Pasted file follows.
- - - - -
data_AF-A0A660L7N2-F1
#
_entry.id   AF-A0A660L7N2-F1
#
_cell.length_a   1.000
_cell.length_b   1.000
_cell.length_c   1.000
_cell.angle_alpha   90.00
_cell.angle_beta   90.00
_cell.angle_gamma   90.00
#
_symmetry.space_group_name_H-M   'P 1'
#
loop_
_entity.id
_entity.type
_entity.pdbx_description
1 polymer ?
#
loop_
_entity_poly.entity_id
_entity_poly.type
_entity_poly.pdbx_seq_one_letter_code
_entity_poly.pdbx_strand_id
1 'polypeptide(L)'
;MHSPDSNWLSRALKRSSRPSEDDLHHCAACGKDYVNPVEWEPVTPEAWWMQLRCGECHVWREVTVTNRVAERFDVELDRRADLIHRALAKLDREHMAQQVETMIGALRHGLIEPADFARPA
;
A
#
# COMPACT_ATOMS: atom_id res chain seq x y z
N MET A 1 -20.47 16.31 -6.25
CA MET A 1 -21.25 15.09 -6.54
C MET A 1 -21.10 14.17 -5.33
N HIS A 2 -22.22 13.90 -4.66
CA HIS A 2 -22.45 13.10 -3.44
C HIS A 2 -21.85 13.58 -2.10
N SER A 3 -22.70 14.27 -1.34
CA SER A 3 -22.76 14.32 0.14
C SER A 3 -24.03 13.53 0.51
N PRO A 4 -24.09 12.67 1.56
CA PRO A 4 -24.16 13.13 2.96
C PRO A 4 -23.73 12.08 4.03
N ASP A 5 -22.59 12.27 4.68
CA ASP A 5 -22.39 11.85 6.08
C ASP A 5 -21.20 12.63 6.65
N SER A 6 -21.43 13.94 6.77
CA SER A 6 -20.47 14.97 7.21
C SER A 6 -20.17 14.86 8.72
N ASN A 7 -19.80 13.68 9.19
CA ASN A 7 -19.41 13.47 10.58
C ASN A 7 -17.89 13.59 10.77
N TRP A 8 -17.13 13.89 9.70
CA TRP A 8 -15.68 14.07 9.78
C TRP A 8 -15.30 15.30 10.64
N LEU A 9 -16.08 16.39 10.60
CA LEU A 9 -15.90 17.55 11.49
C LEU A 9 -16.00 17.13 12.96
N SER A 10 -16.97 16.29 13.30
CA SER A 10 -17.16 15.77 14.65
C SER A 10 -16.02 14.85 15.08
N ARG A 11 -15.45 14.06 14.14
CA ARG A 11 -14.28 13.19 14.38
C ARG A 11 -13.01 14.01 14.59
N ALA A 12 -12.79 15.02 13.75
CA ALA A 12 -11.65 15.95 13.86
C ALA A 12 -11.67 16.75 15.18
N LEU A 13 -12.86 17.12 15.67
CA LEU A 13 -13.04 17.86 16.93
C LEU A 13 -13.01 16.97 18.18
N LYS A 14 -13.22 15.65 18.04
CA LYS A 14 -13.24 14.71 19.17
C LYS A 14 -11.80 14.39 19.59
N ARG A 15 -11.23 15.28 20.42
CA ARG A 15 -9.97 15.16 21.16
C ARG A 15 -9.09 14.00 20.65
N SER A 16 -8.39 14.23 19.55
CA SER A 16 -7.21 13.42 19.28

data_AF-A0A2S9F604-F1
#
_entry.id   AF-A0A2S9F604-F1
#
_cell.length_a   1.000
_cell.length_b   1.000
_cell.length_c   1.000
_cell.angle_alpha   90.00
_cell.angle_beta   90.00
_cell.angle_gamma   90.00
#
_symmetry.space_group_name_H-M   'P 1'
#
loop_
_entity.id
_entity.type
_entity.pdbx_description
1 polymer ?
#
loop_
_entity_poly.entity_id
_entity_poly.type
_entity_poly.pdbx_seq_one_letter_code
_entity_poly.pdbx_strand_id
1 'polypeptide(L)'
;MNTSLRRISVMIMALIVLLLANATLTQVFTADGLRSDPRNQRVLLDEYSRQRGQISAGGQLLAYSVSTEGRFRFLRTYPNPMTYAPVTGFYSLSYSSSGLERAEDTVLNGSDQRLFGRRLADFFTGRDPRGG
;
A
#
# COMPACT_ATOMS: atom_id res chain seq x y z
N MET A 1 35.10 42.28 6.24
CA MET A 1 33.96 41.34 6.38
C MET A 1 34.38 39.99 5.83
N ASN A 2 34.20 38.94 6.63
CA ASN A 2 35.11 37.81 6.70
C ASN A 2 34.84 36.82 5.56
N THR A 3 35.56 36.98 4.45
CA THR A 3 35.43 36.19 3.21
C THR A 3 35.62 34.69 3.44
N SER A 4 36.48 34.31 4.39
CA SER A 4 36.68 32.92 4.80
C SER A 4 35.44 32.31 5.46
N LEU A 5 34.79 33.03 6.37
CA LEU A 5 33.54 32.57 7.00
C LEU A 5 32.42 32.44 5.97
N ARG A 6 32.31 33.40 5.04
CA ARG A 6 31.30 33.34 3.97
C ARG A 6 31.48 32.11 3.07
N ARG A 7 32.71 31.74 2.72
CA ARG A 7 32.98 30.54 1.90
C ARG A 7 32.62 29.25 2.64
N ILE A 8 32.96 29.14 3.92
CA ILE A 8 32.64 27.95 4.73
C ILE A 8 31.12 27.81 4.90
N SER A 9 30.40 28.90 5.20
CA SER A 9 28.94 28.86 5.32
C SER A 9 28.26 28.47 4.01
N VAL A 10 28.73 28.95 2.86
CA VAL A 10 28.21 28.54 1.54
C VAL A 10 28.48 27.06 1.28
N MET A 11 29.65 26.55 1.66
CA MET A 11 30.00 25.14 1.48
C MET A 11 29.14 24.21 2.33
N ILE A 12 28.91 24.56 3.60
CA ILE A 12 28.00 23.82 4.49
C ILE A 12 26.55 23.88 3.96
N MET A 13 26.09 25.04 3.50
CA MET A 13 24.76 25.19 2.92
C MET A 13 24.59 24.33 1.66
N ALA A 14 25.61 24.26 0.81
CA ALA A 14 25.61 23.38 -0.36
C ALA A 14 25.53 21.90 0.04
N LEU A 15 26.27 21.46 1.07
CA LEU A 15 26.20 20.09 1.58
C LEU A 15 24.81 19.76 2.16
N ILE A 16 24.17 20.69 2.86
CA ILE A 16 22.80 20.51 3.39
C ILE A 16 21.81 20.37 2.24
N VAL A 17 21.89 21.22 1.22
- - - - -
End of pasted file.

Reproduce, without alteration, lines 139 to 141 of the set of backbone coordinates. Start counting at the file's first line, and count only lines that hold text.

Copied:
CA MET A 11 30.00 25.14 1.48
C MET A 11 29.14 24.21 2.33
N ILE A 12 28.91 24.56 3.60